From clay models to 3D scans | An appreciation of change

Photograph Courtesy Nissan

Working as an independent automotive designer in this modern age presents some unique challenges. The opportunities to create something of value in such an already congested environment are rare indeed simply because the word “independent” doesn’t really mesh with an international industry filled with highly complex corporate design teams. 

Instead of being left alone to create independently, they are normally set up to operate at the direction of a remote marketing division that exists solely to determine and direct what it collectively thinks the public wants. Such specious information, often gathered by randomly collected “focus groups,” usually has such conflicting opinions that it’s essentially valueless. This is easily proved by the morass of tasteless junk that constantly fills our highways.

Still, for me, the rare opportunity to design independently occasionally arises. The chance to create something aesthetically pleasing, ergonomically satisfying and environmentally efficient is exciting to say the least. 

That’s occurring now in my life, and I’m genuinely excited. The chance to use new materials and the latest technology is incredibly stimulating, as each provides the opportunity to work with new people expert in their specialized fields. 

Having been originally schooled in the time-honored techniques of pencil work on a drawing board, it’s been interesting over the past few years to watch the industry’s almost universal transition to electronics for both artistic and engineering solutions. Computers have allowed the unification of creative thought and precise hardline engineering because of the practical demand that all involved be able to operate on the same screen at the same time, whether across the room or in another country.

Since the late ’20s, when a young Californian named Harley Earl brought the use of styling clay and the element of aesthetic exterior design to General Motors, that carefully hand-applied substance has been used almost exclusively to sculpt forms unique to each of America’s automotive design eras. 

In addition to pencil work, I also learned how to design with clay when I attended Pasadena’s ArtCenter College of Design back in the ’50s. I have continued to use that unique skill to sculpt new ideas in quarter-scale whenever the prospect presented itself. In the past few months, I’ve spent hours on a new design that may actually see production within the next year or so.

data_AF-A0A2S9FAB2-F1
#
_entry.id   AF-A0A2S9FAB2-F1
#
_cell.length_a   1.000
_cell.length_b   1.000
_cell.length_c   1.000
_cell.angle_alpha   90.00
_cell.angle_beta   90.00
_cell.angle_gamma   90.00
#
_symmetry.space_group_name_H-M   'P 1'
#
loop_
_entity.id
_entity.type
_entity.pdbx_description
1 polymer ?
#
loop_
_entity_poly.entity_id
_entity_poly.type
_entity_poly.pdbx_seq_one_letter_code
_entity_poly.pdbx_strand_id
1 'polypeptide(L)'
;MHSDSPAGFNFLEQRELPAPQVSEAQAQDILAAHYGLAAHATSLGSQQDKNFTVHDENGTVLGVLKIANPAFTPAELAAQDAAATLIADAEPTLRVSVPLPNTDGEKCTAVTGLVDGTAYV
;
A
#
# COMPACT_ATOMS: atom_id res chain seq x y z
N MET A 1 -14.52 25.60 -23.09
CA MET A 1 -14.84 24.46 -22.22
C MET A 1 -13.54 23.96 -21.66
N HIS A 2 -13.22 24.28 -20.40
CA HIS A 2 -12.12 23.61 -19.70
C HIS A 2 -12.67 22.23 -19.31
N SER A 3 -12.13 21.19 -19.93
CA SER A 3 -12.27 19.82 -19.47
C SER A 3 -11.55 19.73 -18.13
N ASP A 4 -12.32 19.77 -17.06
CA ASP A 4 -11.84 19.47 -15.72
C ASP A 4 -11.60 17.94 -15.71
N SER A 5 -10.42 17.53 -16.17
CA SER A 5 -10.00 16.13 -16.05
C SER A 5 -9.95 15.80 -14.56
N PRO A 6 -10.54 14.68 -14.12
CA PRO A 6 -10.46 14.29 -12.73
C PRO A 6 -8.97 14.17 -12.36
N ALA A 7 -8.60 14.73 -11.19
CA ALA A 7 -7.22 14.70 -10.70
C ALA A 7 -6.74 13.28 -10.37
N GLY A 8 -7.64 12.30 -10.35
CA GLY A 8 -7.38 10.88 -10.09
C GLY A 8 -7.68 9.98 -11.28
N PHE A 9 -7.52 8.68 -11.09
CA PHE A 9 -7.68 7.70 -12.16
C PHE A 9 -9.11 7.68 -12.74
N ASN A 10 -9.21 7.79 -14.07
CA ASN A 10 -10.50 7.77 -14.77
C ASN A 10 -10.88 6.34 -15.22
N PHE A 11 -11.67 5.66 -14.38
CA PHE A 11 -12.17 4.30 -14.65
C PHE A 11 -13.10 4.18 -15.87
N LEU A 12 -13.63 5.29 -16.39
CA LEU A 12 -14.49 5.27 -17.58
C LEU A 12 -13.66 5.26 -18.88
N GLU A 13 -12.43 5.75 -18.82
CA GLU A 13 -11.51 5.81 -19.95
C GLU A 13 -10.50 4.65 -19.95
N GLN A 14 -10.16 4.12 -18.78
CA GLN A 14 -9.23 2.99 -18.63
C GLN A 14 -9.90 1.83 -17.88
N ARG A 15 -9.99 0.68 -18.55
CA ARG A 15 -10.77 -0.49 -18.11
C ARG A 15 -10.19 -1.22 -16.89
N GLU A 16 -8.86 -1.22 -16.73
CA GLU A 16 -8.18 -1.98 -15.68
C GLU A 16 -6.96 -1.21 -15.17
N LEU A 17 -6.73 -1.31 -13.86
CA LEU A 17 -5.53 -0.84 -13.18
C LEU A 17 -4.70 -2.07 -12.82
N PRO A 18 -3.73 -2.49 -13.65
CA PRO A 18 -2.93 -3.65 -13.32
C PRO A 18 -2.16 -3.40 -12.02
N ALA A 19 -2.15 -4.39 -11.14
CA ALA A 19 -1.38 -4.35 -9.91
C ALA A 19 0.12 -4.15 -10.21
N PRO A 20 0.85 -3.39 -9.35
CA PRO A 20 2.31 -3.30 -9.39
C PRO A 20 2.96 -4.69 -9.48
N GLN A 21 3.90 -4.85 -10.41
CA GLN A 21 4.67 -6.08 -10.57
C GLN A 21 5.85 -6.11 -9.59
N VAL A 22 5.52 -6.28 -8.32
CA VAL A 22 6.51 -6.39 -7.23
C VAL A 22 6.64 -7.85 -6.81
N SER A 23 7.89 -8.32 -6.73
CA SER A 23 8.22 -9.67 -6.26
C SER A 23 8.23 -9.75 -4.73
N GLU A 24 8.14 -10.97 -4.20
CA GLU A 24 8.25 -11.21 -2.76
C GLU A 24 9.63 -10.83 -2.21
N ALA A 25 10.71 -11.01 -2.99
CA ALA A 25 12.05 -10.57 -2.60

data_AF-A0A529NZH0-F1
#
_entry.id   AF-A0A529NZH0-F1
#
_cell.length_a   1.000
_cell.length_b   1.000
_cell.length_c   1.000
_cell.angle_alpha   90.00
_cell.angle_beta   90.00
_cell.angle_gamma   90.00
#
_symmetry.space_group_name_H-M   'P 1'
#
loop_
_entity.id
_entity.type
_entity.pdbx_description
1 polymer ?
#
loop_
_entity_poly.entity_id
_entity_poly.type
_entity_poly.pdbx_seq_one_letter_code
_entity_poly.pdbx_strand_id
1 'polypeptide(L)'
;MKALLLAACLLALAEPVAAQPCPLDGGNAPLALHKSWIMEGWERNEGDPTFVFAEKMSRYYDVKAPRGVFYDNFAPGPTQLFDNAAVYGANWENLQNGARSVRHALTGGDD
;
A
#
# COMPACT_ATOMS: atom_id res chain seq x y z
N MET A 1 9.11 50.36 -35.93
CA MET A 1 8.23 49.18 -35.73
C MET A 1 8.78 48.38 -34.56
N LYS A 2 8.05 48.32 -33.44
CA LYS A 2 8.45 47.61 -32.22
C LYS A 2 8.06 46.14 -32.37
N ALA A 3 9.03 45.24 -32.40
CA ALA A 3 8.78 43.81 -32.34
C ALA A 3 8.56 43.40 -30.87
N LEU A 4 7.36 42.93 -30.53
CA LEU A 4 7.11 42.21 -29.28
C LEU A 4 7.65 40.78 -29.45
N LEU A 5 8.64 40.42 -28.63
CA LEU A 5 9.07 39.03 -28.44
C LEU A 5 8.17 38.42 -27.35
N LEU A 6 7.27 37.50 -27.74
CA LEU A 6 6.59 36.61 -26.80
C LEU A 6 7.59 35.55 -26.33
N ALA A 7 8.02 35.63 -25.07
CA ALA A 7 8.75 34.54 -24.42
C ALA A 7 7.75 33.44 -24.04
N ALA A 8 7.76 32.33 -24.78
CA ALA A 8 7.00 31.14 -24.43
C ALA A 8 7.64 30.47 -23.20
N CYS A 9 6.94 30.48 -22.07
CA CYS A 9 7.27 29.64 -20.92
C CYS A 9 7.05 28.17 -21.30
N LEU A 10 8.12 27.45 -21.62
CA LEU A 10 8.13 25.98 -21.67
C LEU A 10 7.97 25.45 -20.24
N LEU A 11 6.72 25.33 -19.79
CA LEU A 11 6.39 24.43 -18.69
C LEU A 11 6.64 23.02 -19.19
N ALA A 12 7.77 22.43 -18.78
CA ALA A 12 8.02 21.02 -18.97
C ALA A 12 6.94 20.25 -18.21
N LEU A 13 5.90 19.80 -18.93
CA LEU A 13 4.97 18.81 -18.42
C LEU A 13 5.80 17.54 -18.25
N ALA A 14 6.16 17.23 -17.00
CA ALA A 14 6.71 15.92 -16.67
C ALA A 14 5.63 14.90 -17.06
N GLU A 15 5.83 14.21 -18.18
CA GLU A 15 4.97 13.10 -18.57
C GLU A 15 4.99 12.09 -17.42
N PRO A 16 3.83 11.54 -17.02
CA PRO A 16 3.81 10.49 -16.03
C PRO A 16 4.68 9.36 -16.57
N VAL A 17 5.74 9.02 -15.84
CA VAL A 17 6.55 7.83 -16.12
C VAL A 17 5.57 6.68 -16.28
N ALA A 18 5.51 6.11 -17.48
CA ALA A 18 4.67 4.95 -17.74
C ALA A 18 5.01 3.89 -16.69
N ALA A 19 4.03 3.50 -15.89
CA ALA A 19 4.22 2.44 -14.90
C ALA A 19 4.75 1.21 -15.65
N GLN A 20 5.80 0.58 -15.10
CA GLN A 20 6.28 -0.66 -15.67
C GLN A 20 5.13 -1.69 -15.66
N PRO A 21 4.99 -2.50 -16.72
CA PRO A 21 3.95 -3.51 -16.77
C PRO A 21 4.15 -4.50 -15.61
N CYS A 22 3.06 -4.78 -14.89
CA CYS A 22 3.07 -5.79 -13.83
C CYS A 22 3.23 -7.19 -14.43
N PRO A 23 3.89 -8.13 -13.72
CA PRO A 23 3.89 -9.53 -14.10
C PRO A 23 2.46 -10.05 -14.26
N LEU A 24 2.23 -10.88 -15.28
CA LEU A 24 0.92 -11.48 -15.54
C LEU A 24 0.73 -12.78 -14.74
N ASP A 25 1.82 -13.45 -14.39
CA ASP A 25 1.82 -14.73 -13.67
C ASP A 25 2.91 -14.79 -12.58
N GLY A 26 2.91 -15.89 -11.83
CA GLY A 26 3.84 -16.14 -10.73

What has changed in recent years is that my self-trusted clay skills have become almost obsolete in favor of electronic modeling that has become so sophisticated that current computer-delivered renderings appear almost real. 

However, I still trust my abilities in 3D, as I feel there’s still nothing equal to working subtle surfaces by hand and eye. Understandably this takes hours, and modern industry has little appreciation for time lost to what has been accepted as a superior method to achieve the equivalent result. 

What has really improved, though, in the modern design process is the transition from scale to full size. Any designer who has sketched new ideas in clay soon learns that scale models seldom transfer to full size successfully. The eye sees miniatures and full size in an entirely different way, so any new automotive form must be seen outside in full scale to determine its real aesthetic impact. 

Full-size clay models have almost disappeared from modern automotive design studios. Instead, full-size prototypes are now rapidly sculpted from huge blocks of hard foam with sophisticated five-axis CNC machines that deliver almost perfect renditions in hours instead of weeks. In an industry where time is critical, the advent of electronics has almost completely obliterated the hand-sculpted art form.